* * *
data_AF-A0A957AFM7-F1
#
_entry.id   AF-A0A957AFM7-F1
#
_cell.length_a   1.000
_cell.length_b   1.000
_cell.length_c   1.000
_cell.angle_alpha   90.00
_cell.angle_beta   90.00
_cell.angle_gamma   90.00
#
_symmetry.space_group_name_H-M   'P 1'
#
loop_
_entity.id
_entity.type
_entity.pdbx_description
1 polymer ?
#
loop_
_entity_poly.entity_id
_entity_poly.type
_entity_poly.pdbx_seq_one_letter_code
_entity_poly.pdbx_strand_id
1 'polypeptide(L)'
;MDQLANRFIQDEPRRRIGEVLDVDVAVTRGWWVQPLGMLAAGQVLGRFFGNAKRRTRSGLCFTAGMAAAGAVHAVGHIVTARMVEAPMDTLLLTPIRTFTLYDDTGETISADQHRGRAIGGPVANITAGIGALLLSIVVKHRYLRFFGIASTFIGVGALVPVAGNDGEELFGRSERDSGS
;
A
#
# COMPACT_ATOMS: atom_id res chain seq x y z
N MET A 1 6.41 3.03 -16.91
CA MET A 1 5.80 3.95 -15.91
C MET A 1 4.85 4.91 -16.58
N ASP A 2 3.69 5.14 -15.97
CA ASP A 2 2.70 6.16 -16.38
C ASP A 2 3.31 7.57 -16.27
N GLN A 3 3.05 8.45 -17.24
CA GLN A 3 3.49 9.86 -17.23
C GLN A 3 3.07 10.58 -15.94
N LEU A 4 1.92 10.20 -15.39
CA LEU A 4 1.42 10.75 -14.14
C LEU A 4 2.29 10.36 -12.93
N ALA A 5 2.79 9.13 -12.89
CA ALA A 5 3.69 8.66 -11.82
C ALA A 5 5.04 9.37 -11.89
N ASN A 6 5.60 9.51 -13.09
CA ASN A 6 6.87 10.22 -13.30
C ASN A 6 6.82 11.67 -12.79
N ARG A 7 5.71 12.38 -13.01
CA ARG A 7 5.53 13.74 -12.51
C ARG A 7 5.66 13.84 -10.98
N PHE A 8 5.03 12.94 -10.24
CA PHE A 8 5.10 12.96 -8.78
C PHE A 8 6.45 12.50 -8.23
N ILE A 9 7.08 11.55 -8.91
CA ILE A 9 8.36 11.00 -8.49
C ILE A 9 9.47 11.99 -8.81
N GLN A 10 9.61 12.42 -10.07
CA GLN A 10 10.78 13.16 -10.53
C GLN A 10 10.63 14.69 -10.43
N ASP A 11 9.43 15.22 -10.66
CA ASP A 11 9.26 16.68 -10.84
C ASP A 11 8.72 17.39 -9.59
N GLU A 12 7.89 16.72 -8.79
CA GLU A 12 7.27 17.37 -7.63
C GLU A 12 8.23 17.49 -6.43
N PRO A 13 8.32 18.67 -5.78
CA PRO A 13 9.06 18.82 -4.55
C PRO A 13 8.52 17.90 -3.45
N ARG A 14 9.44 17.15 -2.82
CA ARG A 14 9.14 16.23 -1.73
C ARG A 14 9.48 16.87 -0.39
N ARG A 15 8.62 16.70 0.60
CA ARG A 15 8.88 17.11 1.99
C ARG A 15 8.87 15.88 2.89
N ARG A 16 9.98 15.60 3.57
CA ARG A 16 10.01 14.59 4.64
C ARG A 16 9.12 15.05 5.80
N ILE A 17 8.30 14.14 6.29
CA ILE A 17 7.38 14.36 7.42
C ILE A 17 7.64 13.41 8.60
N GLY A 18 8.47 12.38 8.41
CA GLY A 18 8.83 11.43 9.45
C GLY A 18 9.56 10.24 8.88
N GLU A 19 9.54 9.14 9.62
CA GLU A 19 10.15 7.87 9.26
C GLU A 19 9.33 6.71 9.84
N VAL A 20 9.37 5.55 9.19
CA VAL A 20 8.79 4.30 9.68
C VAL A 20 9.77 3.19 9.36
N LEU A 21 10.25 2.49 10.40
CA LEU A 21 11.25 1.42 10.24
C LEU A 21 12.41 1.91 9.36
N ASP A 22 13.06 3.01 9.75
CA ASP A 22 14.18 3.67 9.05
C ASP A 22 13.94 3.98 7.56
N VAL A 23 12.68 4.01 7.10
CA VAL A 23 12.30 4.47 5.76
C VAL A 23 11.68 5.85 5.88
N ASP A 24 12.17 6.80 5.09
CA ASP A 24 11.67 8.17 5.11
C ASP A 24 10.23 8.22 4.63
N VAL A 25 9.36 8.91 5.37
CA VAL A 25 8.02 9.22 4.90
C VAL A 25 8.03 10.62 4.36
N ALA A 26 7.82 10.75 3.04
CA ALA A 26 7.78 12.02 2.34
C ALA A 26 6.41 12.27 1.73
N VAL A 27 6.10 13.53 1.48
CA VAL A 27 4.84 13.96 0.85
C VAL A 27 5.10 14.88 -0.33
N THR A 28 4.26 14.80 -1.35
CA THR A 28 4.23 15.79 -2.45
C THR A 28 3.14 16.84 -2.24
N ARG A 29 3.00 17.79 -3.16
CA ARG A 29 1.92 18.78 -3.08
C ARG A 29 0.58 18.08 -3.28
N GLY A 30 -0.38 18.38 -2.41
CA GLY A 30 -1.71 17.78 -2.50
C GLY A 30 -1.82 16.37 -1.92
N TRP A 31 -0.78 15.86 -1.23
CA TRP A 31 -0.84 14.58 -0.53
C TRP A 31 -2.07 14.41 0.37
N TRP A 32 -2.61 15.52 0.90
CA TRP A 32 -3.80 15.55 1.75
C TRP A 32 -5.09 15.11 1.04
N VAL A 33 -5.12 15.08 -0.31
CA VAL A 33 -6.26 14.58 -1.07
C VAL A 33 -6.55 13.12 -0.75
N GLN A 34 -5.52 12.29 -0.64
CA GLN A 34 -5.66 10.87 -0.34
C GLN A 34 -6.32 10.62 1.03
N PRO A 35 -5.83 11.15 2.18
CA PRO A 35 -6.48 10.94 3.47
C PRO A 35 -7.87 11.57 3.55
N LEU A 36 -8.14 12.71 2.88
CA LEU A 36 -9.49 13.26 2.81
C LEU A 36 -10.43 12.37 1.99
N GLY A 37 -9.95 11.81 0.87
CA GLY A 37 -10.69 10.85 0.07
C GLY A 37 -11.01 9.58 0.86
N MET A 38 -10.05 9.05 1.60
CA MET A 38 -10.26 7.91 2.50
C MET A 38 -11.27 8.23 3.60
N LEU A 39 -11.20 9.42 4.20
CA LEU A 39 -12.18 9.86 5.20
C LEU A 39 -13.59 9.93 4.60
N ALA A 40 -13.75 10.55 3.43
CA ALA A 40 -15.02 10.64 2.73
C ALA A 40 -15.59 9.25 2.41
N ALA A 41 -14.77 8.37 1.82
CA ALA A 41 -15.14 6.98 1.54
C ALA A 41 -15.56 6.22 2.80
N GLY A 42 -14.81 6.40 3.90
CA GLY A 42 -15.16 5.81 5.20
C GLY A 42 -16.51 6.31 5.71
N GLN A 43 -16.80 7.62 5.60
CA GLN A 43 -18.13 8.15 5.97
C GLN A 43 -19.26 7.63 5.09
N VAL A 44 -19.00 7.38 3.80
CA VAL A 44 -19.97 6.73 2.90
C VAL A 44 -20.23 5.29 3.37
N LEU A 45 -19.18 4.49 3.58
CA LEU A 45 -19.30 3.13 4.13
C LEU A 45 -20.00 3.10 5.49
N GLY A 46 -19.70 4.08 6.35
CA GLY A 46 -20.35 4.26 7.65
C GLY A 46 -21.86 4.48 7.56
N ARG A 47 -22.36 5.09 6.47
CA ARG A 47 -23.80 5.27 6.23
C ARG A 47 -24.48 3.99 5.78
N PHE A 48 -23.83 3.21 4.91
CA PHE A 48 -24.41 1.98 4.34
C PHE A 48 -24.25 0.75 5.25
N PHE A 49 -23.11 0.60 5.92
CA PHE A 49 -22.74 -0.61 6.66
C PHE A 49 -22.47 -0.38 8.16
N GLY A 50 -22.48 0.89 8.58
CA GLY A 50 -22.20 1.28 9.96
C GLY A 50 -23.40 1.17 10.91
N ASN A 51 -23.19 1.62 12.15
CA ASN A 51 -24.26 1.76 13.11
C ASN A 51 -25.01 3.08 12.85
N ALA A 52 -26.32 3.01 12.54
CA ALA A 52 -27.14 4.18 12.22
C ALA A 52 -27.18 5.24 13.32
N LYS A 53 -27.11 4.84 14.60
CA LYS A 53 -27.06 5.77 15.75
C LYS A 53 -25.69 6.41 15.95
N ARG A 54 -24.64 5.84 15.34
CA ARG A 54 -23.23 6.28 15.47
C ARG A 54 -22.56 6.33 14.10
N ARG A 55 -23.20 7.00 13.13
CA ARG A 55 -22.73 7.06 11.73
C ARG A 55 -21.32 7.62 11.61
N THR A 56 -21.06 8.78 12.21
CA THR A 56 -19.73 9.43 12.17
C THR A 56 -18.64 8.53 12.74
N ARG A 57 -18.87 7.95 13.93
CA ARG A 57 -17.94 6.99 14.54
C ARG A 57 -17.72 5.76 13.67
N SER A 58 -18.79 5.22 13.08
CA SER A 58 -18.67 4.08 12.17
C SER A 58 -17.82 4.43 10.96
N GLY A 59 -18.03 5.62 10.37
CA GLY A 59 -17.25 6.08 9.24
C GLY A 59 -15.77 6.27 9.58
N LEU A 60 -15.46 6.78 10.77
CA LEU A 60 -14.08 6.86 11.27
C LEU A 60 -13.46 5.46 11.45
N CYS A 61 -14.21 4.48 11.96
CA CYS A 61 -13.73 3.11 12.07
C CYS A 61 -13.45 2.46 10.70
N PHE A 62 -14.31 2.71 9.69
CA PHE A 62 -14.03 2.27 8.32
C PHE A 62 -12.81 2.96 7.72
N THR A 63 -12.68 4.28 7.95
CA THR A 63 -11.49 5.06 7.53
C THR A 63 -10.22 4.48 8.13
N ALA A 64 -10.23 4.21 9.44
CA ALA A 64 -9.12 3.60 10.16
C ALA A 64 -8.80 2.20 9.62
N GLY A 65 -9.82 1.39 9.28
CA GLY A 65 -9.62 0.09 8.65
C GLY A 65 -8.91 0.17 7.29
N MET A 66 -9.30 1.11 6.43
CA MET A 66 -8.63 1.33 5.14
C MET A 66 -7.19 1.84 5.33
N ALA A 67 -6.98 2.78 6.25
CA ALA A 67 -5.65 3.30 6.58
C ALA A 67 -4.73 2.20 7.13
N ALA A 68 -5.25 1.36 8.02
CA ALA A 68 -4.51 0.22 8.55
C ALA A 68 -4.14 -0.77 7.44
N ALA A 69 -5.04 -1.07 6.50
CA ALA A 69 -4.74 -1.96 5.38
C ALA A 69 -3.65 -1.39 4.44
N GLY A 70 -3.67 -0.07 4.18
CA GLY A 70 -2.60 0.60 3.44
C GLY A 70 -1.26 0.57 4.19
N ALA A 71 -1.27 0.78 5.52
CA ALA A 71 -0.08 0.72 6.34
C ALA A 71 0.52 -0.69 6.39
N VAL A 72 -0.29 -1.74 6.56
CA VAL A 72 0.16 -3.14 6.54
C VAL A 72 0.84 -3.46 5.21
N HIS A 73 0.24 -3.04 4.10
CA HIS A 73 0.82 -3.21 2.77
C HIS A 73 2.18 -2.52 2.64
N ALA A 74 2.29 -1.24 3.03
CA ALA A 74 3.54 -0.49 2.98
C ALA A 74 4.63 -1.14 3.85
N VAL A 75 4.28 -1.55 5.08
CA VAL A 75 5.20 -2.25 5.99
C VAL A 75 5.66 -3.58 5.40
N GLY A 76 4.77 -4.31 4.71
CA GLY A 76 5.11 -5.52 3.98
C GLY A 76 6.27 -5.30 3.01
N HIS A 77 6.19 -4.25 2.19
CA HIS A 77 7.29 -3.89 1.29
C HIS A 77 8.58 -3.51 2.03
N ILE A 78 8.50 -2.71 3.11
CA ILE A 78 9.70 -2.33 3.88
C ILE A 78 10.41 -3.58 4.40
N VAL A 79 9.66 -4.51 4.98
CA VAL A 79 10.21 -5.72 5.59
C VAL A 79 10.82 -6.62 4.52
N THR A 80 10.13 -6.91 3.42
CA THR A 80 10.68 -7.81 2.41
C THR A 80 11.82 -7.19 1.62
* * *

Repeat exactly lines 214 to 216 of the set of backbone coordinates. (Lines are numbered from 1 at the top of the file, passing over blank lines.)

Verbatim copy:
N PHE A 62 -14.31 2.71 9.69
CA PHE A 62 -14.03 2.27 8.32
C PHE A 62 -12.81 2.96 7.72